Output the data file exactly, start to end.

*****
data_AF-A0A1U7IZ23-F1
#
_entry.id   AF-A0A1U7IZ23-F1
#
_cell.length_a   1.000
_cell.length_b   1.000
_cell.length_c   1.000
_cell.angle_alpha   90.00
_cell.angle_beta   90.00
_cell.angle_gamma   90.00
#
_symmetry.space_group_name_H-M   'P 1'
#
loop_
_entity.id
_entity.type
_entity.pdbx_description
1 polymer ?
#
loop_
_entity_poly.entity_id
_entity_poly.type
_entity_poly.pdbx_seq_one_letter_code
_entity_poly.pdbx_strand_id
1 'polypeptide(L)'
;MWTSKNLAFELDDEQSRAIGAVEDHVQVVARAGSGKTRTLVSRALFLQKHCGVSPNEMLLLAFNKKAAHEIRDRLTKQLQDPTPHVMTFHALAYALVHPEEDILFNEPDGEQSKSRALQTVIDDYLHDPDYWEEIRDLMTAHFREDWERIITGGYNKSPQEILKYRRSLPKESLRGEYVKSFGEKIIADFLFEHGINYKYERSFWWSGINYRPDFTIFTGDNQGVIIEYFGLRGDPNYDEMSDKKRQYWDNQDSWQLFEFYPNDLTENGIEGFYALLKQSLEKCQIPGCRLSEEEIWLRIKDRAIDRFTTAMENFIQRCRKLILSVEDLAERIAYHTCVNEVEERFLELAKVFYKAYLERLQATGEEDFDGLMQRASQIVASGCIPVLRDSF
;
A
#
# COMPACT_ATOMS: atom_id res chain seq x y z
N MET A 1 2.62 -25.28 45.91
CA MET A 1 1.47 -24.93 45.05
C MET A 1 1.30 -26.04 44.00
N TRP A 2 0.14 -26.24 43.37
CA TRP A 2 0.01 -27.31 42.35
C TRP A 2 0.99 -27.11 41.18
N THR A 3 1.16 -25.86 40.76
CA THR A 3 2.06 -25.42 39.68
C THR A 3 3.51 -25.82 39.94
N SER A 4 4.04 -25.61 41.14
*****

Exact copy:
data_AF-A0A1U7IZ23-F1
#
_entry.id   AF-A0A1U7IZ23-F1
#
_cell.length_a   1.000
_cell.length_b   1.000
_cell.length_c   1.000
_cell.angle_alpha   90.00
_cell.angle_beta   90.00
_cell.angle_gamma   90.00
#
_symmetry.space_group_name_H-M   'P 1'
#
loop_
_entity.id
_entity.type
_entity.pdbx_description
1 polymer ?
#
loop_
_entity_poly.entity_id
_entity_poly.type
_entity_poly.pdbx_seq_one_letter_code
_entity_poly.pdbx_strand_id
1 'polypeptide(L)'
;MWTSKNLAFELDDEQSRAIGAVEDHVQVVARAGSGKTRTLVSRALFLQKHCGVSPNEMLLLAFNKKAAHEIRDRLTKQLQDPTPHVMTFHALAYALVHPEEDILFNEPDGEQSKSRALQTVIDDYLHDPDYWEEIRDLMTAHFREDWERIITGGYNKSPQEILKYRRSLPKESLRGEYVKSFGEKIIADFLFEHGINYKYERSFWWSGINYRPDFTIFTGDNQGVIIEYFGLRGDPNYDEMSDKKRQYWDNQDSWQLFEFYPNDLTENGIEGFYALLKQSLEKCQIPGCRLSEEEIWLRIKDRAIDRFTTAMENFIQRCRKLILSVEDLAERIAYHTCVNEVEERFLELAKVFYKAYLERLQATGEEDFDGLMQRASQIVASGCIPVLRDSF
;
A
#
# COMPACT_ATOMS: atom_id res chain seq x y z
N MET A 1 2.62 -25.28 45.91
CA MET A 1 1.47 -24.93 45.05
C MET A 1 1.30 -26.04 44.00
N TRP A 2 0.14 -26.24 43.37
CA TRP A 2 0.01 -27.31 42.35
C TRP A 2 0.99 -27.11 41.18
N THR A 3 1.16 -25.86 40.76
CA THR A 3 2.06 -25.42 39.68
C THR A 3 3.51 -25.82 39.94
N SER A 4 4.04 -25.61 41.14